* Before I begin this next post, I need to make a quick caveat: I don’t go around announcing that I periodically have visions, or strange dreams that come true. It’s not a good way to make friends unless you enjoy the company of meth addicts or patients from the local psyche ward. Sharing this piece of myself is rather terrifying, but I’m just going to have to trust God with that because it’s true, and I can’t very well leave out the most pivotal moment in my story thus far. So take it or leave it as you will, but I know what I felt and saw.
The next rite in our process was the Penitential Rite. The other rites had taken place on Sundays during Mass, but this rite was a more low-key rite with just our Tuesday night class. I did NOT want to go to our class that night. I even picked a fight with Lukus to keep from going. I had plopped into bed with my pj’s on and some old reruns on-line, and was not going to budge from that spot for the rest of the night. But something in me wouldn’t let me stay put. I knew I had to go. I just knew. But I was determined I was not going to be happy about it. I don’t always control my attitude the way I should, but regardless of how I feel about something, if I truly believe it’s the right thing to do, I cannot allow myself to walk away. My highest value is Truth, and when I know something to be True, I can hate it all I want and put up an immature fuss, but I still know I have to follow where it leads.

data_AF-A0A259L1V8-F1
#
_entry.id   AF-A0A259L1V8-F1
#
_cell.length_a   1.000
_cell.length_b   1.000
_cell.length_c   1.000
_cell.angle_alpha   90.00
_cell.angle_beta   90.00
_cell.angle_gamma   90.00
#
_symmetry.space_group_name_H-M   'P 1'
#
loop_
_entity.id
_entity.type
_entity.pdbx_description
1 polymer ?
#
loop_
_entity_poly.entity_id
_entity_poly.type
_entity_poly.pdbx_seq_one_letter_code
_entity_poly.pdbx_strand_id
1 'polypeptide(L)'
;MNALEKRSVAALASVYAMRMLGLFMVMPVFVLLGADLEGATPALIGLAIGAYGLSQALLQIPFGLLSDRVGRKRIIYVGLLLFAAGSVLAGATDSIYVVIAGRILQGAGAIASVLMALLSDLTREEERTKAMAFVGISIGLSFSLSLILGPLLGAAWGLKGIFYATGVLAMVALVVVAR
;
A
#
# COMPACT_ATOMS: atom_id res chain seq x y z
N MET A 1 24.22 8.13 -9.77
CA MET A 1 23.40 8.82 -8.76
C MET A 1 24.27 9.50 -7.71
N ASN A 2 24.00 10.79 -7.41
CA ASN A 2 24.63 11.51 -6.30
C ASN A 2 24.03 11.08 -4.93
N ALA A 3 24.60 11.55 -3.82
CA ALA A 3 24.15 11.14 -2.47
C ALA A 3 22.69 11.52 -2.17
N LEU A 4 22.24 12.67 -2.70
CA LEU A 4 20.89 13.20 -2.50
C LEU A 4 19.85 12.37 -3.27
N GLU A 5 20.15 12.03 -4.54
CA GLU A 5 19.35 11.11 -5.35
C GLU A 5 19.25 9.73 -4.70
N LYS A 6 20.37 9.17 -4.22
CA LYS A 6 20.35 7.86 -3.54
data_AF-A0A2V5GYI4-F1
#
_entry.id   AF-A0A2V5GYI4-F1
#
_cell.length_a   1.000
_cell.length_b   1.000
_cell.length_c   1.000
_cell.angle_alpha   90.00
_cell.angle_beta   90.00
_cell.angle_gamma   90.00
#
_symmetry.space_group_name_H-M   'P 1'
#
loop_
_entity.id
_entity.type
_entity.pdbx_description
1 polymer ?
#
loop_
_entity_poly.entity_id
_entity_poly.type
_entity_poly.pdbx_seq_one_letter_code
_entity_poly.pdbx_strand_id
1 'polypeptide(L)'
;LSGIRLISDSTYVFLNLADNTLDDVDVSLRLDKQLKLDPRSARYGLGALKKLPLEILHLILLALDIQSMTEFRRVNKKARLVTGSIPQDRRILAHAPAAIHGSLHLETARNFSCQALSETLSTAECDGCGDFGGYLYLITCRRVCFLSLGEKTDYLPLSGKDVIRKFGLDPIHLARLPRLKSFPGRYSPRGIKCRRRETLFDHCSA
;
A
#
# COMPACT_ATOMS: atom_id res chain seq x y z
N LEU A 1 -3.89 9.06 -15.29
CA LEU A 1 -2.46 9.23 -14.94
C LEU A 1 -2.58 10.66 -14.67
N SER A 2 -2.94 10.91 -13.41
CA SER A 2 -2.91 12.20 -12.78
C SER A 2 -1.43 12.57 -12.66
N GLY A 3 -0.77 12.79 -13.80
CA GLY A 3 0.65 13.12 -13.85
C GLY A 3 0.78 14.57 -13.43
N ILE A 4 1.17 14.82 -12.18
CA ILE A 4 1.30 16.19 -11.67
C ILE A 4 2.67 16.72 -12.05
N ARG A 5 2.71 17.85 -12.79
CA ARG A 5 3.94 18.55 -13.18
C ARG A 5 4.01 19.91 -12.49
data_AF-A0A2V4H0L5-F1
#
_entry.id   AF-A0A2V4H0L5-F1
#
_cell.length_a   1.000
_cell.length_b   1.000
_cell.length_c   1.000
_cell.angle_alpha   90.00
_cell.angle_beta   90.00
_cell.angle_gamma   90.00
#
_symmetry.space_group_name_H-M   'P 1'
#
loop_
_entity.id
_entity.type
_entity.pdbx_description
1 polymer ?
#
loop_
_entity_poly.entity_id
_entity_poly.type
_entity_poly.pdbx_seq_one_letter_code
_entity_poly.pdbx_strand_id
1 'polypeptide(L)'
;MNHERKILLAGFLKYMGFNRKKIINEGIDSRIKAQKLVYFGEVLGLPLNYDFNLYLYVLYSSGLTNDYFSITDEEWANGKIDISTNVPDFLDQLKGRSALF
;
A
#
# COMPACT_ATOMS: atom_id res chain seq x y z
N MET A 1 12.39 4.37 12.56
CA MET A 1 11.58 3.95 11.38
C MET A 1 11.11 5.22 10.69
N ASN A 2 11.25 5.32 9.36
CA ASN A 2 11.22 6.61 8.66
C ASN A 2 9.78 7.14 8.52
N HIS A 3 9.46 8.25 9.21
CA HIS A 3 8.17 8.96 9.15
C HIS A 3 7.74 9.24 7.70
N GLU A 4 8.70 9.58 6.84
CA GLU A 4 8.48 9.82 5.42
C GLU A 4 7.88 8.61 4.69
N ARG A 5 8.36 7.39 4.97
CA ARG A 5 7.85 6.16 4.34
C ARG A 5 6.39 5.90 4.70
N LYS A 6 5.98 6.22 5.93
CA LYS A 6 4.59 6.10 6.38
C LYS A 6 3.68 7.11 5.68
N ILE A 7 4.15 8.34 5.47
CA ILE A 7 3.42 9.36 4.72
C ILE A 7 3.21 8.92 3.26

So we arrived about 40 minutes late. Our class typically begins with “Vespers” or an evening prayer time in the chapel, followed by a lecture/discussion in the classroom. But tonight, the order was swapped, and we’d missed the lecture my own sponsor had given, and everyone took a break before chapel time. I was not looking forward to the chapel service, or the rite…if anything, I’d hoped we’d skipped that part and had arrived in time for the lecture. But not so. I sat hopelessly in my chair, weak-heartedly sang the hymn, and barely uttered the prayers.
But as our RCIA director, Paul, gave his homily on the Transfiguration on the Mount, he mentioned Peter. He happened to mention that right before the Transfiguration, Jesus had asked Peter, “Who do you say that I am?” and Peter responds, “You are the Christ.” Oh how that hit me – and I didn’t hear any of the rest of the homily because my mind had taken a tangent onto Peter.